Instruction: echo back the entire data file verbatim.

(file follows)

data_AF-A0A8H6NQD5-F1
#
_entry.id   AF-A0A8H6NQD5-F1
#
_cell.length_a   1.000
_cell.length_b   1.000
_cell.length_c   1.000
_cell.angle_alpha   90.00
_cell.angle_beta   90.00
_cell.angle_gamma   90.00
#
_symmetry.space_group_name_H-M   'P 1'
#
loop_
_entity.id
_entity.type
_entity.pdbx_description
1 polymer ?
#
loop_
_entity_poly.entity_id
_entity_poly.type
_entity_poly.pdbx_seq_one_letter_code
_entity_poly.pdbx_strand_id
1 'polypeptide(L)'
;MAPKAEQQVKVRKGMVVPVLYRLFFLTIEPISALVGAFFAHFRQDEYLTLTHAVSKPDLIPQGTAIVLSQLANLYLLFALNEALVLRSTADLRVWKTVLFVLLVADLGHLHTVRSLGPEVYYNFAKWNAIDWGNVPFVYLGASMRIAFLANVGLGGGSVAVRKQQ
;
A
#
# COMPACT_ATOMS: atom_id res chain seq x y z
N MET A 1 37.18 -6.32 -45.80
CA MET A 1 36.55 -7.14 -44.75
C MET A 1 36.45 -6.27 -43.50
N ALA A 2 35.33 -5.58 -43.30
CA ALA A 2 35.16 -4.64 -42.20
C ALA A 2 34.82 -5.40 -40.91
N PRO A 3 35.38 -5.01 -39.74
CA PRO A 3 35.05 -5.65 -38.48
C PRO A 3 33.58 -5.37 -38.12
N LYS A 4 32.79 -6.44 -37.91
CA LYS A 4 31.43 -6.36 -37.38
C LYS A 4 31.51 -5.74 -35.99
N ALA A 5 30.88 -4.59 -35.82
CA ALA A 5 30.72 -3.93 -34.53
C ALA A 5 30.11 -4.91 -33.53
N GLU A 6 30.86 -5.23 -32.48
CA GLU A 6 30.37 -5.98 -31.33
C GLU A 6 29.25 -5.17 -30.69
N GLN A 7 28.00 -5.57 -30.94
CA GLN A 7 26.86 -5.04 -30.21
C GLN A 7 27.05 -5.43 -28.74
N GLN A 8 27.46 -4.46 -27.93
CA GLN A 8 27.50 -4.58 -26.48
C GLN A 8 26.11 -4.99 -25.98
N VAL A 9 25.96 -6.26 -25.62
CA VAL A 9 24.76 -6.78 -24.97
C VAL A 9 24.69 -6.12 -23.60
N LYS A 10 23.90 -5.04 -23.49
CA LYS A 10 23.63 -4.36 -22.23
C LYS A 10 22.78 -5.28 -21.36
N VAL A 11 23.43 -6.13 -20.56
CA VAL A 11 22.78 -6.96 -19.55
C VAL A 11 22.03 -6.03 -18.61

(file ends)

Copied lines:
data_AF-A0A8H6NQD5-F1
#
_entry.id   AF-A0A8H6NQD5-F1
#
_cell.length_a   1.000
_cell.length_b   1.000
_cell.length_c   1.000
_cell.angle_alpha   90.00
_cell.angle_beta   90.00
_cell.angle_gamma   90.00
#
_symmetry.space_group_name_H-M   'P 1'
#
loop_
_entity.id
_entity.type
_entity.pdbx_description
1 polymer ?
#
loop_
_entity_poly.entity_id
_entity_poly.type
_entity_poly.pdbx_seq_one_letter_code
_entity_poly.pdbx_strand_id
1 'polypeptide(L)'
;MAPKAEQQVKVRKGMVVPVLYRLFFLTIEPISALVGAFFAHFRQDEYLTLTHAVSKPDLIPQGTAIVLSQLANLYLLFALNEALVLRSTADLRVWKTVLFVLLVADLGHLHTVRSLGPEVYYNFAKWNAIDWGNVPFVYLGASMRIAFLANVGLGGGSVAVRKQQ
;
A
#
# COMPACT_ATOMS: atom_id res chain seq x y z
N MET A 1 37.18 -6.32 -45.80
CA MET A 1 36.55 -7.14 -44.75
C MET A 1 36.45 -6.27 -43.50
N ALA A 2 35.33 -5.58 -43.30
CA ALA A 2 35.16 -4.64 -42.20
C ALA A 2 34.82 -5.40 -40.91
N PRO A 3 35.38 -5.01 -39.74
CA PRO A 3 35.05 -5.65 -38.48
C PRO A 3 33.58 -5.37 -38.12
N LYS A 4 32.79 -6.44 -37.91
CA LYS A 4 31.43 -6.36 -37.38
C LYS A 4 31.51 -5.74 -35.99
N ALA A 5 30.88 -4.59 -35.82
CA ALA A 5 30.72 -3.93 -34.53
C ALA A 5 30.11 -4.91 -33.53
N GLU A 6 30.86 -5.23 -32.48
CA GLU A 6 30.37 -5.98 -31.33
C GLU A 6 29.25 -5.17 -30.69
N GLN A 7 28.00 -5.57 -30.94
CA GLN A 7 26.86 -5.04 -30.21
C GLN A 7 27.05 -5.43 -28.74
N GLN A 8 27.46 -4.46 -27.93
CA GLN A 8 27.50 -4.58 -26.48
C GLN A 8 26.11 -4.99 -25.98
N VAL A 9 25.96 -6.26 -25.62
CA VAL A 9 24.76 -6.78 -24.97
C VAL A 9 24.69 -6.12 -23.60
N LYS A 10 23.90 -5.04 -23.49
CA LYS A 10 23.63 -4.36 -22.23
C LYS A 10 22.78 -5.28 -21.36
N VAL A 11 23.43 -6.13 -20.56
CA VAL A 11 22.78 -6.96 -19.55
C VAL A 11 22.03 -6.03 -18.61